The ugliest building in London
We stumbled across this beauty on Saturday afternoon. It is, without doubt, the ugliest building in London. I suppose you could call it Soviet-chic; the heavy concrete bunker-look is quite sexy. The bizarre thing is the separated elevator shaft. Rather than supporting the core of the building like most elevators, this one is stranded out to the left, with only intermittent connecting bridges to the main structure. I think it looks like guard tower!
A vote has been cast for the also-ugly East Mall Apartments in East Liberty, famous home of urban renewal gone wrong in Pittsburgh:
This odd choice to build public housing at the edge of four-lane, one-way semi-freeways effectively shut off the business district in the middle from the rest of the city (except for the holes punched in the bottom to allow the street to go through). Happily, this building and its nearby siblings were demolished in 2005! Hopefully the city did a good job relocating residents, but this has been a big part of the transformation occurring in this area (known colloquially as ” ‘Sliberty”).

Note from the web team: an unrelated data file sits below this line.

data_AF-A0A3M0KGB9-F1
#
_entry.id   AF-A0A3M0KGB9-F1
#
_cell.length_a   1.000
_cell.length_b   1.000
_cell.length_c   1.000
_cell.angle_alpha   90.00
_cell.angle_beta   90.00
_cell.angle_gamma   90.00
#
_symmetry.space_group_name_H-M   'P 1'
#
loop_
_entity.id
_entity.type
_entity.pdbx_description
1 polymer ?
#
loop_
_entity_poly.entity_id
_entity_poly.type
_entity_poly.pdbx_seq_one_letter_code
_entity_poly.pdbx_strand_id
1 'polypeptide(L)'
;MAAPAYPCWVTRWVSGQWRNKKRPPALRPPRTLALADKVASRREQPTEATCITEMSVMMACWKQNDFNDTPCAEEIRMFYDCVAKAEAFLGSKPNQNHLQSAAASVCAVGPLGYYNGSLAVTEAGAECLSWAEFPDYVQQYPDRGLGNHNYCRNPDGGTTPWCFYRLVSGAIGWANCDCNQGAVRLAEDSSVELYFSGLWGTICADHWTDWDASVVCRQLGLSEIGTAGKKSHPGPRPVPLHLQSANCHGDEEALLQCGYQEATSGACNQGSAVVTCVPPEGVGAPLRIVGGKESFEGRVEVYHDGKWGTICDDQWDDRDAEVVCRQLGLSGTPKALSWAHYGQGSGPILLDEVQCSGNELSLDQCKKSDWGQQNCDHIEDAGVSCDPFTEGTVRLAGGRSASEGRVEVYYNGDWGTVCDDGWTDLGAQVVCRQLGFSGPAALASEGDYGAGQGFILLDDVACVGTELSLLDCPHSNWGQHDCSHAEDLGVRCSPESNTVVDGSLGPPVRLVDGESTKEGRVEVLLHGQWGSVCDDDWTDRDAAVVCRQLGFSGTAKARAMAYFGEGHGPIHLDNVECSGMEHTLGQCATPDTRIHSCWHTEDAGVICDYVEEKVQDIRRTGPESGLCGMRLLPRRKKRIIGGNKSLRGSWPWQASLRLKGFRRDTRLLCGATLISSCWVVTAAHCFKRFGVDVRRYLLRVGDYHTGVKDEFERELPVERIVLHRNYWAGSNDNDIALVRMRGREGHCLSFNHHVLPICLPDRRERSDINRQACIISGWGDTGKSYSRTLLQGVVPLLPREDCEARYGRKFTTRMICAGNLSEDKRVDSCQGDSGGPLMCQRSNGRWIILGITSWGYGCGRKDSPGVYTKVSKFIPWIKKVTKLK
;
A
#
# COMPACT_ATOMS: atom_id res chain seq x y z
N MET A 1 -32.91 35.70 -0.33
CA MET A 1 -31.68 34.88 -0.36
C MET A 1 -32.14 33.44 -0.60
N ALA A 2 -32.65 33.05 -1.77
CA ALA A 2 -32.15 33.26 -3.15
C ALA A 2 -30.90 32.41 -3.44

With regard to the “ugliest building in London,” Wikipedia comes to the rescue again:
In perhaps a telling cultural difference, this building is, rather than a demolition candidate, a “listed building,” which means that it is protected from changes due to its special significance (usually historical or cultural). However, this building has mostly been “council housing” for most of its existence, which is the happy-sounding British code phrase for public housing. So, at least my impressions and first-glance appearances aren’t that different!
It is probably important to note here, though, that, in a clear sign of the American disposable approach vs. the British/European reuse approach, many council housing “projects” here are sold or converted to “regular” housing. While no one in the US would ever dream of signing up to live in former public housing, here it quite often happens; in fact, we were offered some “ex-council” places in our flat search, although none worked out in the end (not in the least because of my American biases). Anyway, another interesting difference in outlook.